Earlier I presented the game of Snooklers, which we shall enjoy playing at the 2019 Petit Prix. The “audience” for the blog was judge and course designer, and not so much for the competitor. Today, I remedy that.

Pardon me if I just call this game Snooker today. It’s uncomfortable switching between the two names for essentially the same game.

The best Snooker players in the world are, arguably, from the U.K., Canada, and the United States. Snooker is intrinsic to championship titling in the USDAA. And indeed, the USDAA requires a Super Q, which is substantially a win at the game. So, the USDAA “Championship” is more than a time over money proposition, grinding away at the Q. Championship means winning.

We’ll begin with this premise: In Snooker 51 points is likely required to win the game. If you aren’t playing for 51 points, then you aren’t playing to win. In case it isn’t obvious, in a three-red Snooker format, 51 is the maximum number of points that can be earned.

blog1376_01

On the sample course published earlier (Snooklers variation)… it is clear that to earn 51 points both dog and handler must own some mad skills.

What might be the strategy to earn three 7’s in the opening? As a competitor, would approach this game with the following logic.

We must first get the #4 red distance challenge. Surely the transition from this red to the #7 dogwalk is problematical; But if I don’t take it first then I will have both that problematic dismount, but also a problematic approach.

blog1377_01

Beginning with the #4 red, I see two possible transitional paths to the #7 dogwalk.

The purple line is slightly shorter and it is a continuous flow. This path just about demand that the handler can out-run his dog… and that, after giving the dog a 12′ head start. At the top of the field the handler must pull the dog through, between jump and the back fence. And, the transition ends with an obstacle discrimination with the pipe tunnel craving the dog’s attention.

The blue line is slightly longer, and it features a hard-aback change of directions after the tire; and two distinct pull-through challenges, presenting plenty of options to the dog.

On With the Show

blog1377_02

Having made the approach to the dogwalk on the blue path the handler needs to step over the containment line to the right as the dog makes his dismount. As the #3 red is bi-directional the handler has the option of either turning the dog away to the left (green line), or drawing the dog in to turn back into the other side of the tunnel (blue line). Personally, I like the blue line here because the transition back to the #7 dogwalk is considerably less cluttered and risky.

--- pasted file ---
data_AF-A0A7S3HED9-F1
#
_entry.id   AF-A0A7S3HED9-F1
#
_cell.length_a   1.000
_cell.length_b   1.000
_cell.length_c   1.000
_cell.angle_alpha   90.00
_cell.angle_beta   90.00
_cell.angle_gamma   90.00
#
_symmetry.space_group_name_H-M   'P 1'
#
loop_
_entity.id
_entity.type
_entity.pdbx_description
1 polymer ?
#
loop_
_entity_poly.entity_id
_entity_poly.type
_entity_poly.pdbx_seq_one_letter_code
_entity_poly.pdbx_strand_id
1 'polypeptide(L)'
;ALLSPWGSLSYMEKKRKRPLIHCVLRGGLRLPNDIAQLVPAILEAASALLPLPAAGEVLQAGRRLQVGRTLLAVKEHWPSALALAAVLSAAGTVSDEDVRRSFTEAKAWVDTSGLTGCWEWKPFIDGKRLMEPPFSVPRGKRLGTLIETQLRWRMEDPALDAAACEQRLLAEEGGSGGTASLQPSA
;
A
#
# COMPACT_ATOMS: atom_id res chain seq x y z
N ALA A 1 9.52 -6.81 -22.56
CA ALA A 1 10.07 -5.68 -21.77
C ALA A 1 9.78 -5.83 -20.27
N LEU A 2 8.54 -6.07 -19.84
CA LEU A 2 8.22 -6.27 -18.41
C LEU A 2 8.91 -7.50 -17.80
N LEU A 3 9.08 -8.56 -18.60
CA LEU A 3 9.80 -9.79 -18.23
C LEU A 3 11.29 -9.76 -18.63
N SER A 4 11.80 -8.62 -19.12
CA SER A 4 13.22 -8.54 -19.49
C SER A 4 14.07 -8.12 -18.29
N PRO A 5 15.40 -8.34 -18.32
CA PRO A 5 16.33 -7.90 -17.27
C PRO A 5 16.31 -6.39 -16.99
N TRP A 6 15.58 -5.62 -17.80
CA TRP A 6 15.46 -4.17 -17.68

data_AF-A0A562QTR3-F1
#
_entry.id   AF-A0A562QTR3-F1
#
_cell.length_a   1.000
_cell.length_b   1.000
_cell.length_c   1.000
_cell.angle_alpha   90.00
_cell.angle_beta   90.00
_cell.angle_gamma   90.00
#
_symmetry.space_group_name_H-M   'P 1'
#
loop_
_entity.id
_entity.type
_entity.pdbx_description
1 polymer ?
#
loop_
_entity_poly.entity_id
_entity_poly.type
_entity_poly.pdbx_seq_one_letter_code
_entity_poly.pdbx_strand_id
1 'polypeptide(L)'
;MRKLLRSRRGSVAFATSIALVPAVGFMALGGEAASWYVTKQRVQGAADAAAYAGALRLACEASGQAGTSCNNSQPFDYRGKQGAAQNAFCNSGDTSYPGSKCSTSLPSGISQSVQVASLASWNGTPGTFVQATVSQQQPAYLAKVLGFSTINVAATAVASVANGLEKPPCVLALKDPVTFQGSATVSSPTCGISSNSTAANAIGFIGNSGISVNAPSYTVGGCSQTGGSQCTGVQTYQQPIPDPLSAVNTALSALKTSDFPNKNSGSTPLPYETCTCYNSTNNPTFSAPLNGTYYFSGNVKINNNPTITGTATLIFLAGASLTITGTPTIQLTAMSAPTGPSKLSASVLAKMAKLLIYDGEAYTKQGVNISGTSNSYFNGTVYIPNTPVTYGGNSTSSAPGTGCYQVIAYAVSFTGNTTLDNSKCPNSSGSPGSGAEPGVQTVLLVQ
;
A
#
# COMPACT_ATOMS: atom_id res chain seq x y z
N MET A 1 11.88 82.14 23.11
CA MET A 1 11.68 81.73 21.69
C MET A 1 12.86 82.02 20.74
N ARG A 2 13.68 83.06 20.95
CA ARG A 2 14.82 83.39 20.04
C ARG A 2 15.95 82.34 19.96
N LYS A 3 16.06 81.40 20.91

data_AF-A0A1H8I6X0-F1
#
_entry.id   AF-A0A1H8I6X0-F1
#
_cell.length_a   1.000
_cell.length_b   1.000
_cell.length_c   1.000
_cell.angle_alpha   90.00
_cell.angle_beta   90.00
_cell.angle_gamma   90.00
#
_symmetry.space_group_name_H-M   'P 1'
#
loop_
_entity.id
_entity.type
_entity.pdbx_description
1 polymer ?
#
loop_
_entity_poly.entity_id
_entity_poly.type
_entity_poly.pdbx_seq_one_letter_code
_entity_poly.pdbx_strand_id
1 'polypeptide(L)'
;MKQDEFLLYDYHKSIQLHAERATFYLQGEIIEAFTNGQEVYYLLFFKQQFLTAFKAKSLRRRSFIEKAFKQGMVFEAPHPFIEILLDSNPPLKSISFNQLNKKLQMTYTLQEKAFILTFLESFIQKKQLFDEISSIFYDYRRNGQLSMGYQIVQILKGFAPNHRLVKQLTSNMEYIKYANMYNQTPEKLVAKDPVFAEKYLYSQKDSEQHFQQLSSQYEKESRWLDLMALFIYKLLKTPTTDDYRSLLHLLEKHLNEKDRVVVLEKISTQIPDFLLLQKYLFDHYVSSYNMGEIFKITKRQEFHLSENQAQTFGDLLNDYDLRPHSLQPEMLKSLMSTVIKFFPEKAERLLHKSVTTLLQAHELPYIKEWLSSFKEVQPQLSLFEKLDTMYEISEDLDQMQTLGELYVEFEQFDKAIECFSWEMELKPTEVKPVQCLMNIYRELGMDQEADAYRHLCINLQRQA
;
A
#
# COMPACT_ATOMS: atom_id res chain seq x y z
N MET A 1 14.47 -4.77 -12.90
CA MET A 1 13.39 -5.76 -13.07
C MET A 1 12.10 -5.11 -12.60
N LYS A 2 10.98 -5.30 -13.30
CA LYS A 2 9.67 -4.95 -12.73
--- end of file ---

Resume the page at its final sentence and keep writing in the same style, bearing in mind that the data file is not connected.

blog1377_03

For the final red distance-challenge I would opt for the 2b to 2a send, as it is a nice straight line off the dogwalk. The handler should endeavor to set up for a Front Cross on the dismount to make this send.

The direction that the dog turns after jump 2a is an inscrutable coin flip. The natural turning direction would be to the left (purple line); turning back towards the handler, to the right, would be ideal (green line). What the handler needs to remember here is to run the dog, and not the plan. Whichever direction the dog turns should have a programmed response. And do remember that the containment lines don’t mean anything after the dog has jumped the jump.

blog1377_04

The final calculus is the approach to the #2 jump in the closing sequence. If I had my druthers I’d make the approach from the back-side, as wrapping the dog might be a bit messy. Be mindful that the dog might take it straight on. But, once again don’t run the plan, run the dog and have a prepared response.

Gambling on Flow

blog1377_05

I’ve drawn here a simple 49 point strategy for the game.

I once won a USDAA Super Q with my old boy Bogie (gone a dozen years now <sigh>) on a flow strategy. There were a lot of heavy-hitter Border Collies playing in the 24″ division against my 16½” Sheltie that day. I opted for a flow strategy that won the day, while they all crashed and burned on a greedy 51 point strategy.

It’s a gamble. Do you feel lucky?

 

BLOG1377 TDAA

Questions comments & impassioned speesches to Bud Houston Houston.Bud@gmail.com. Visit our web store: www.dogagility.org/newstore. You’ll find in the web store The Book of Agility Games, a comprehensive reference to all manner of agility games played for competition and fun around the world.